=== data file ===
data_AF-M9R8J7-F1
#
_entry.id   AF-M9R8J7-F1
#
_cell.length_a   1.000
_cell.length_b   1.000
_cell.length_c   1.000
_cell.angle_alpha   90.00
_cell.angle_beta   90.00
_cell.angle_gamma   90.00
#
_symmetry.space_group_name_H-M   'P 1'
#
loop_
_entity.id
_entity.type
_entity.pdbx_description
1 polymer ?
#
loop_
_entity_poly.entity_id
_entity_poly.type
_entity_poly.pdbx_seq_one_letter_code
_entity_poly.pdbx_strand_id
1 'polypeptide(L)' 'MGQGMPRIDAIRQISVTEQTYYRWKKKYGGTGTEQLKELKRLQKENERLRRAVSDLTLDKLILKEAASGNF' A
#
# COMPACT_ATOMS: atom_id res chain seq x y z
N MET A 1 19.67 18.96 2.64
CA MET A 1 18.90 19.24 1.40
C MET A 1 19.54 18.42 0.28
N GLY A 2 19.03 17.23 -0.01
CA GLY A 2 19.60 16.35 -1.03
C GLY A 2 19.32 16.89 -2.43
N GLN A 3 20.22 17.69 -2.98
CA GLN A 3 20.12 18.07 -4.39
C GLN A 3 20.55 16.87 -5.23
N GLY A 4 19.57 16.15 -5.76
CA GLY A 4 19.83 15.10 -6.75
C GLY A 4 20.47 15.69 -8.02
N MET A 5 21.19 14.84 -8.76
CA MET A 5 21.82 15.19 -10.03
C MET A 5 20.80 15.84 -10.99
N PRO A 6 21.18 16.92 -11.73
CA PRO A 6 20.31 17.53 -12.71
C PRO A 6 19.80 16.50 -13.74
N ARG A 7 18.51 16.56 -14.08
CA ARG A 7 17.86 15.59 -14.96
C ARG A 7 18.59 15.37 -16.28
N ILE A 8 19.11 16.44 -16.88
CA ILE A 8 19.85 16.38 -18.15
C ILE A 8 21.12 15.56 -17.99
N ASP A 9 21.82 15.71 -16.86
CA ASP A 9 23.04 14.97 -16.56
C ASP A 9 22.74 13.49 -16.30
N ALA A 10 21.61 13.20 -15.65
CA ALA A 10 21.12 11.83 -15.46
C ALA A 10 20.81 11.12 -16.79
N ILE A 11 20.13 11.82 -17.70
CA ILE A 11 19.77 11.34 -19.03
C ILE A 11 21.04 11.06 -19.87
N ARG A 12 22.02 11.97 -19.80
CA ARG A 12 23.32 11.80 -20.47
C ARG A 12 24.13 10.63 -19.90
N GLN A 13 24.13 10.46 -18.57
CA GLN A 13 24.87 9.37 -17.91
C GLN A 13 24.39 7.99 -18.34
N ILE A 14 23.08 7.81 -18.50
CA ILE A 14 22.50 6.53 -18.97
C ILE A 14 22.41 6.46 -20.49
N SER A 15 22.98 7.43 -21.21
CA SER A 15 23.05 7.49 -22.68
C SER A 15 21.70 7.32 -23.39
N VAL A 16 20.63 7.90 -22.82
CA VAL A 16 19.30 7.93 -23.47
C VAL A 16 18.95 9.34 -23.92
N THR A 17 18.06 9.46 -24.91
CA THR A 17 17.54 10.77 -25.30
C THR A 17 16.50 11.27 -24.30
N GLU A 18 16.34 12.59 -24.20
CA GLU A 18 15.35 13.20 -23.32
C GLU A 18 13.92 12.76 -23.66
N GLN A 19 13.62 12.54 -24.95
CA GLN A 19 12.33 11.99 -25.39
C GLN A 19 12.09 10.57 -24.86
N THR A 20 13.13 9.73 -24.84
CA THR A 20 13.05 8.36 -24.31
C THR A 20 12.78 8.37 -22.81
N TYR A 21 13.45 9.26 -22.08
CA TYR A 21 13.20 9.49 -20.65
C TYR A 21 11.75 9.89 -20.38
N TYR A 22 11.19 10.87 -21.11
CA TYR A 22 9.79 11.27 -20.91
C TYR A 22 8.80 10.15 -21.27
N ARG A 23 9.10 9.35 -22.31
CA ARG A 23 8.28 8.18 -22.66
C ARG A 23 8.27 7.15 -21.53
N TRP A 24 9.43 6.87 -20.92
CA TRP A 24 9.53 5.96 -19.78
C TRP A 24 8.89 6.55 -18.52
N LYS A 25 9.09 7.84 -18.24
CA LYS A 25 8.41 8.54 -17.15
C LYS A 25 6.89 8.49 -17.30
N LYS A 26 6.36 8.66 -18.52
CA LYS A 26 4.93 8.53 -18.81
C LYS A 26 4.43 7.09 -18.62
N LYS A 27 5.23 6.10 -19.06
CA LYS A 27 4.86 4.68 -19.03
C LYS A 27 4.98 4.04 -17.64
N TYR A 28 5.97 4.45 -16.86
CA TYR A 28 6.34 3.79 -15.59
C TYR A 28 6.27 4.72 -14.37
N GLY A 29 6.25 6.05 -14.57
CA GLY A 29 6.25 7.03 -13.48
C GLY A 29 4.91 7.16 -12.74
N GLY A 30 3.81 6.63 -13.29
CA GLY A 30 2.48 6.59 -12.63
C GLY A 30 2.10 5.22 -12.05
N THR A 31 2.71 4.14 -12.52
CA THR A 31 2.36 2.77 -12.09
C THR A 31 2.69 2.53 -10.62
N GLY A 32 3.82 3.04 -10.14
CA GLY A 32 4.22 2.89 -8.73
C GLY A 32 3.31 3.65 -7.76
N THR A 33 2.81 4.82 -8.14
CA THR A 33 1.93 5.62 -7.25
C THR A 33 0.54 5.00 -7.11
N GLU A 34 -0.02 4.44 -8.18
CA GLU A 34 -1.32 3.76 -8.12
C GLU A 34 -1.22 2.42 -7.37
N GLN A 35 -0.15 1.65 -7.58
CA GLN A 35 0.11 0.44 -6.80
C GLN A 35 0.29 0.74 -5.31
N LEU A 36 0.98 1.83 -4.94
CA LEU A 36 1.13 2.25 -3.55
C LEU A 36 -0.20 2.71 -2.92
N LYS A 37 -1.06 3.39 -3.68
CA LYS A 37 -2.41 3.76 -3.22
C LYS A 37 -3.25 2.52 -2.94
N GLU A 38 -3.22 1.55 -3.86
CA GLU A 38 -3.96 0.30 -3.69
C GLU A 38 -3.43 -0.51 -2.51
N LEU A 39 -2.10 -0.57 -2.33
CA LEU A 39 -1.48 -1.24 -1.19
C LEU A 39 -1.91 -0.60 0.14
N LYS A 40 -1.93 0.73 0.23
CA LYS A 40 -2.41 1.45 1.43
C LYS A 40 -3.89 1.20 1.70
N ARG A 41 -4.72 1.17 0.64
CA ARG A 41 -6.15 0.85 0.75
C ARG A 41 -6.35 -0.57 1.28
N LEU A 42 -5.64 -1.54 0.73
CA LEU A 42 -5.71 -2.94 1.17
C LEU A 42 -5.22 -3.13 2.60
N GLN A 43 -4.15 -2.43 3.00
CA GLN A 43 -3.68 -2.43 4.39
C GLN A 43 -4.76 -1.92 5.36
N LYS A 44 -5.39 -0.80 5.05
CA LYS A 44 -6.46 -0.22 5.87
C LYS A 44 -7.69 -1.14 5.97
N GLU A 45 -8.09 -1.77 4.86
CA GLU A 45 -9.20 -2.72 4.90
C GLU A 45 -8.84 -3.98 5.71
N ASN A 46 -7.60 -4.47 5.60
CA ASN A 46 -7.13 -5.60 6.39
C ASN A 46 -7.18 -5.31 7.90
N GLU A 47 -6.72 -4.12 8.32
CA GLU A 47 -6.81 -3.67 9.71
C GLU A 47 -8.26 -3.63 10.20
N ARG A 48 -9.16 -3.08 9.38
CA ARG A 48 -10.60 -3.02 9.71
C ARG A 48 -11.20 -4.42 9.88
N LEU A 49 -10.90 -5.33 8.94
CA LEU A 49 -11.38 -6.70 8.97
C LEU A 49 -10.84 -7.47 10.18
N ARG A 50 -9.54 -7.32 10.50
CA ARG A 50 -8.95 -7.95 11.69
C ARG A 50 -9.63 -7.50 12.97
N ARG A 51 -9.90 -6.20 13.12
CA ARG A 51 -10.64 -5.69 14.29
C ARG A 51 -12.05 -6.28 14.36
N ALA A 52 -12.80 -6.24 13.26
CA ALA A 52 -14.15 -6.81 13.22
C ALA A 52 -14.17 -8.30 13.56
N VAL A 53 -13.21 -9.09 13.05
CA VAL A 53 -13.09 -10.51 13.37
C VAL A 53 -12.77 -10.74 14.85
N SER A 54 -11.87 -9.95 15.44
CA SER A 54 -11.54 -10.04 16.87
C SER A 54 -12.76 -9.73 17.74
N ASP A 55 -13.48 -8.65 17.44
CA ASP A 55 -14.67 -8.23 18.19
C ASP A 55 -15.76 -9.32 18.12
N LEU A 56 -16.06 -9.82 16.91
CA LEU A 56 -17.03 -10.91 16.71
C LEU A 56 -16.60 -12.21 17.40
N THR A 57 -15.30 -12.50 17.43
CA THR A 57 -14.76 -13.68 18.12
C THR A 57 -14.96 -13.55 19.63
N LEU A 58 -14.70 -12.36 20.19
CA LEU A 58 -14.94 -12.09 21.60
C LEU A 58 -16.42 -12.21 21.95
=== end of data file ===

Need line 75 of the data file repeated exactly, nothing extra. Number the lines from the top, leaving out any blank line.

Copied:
C VAL A 16 18.95 9.34 -23.92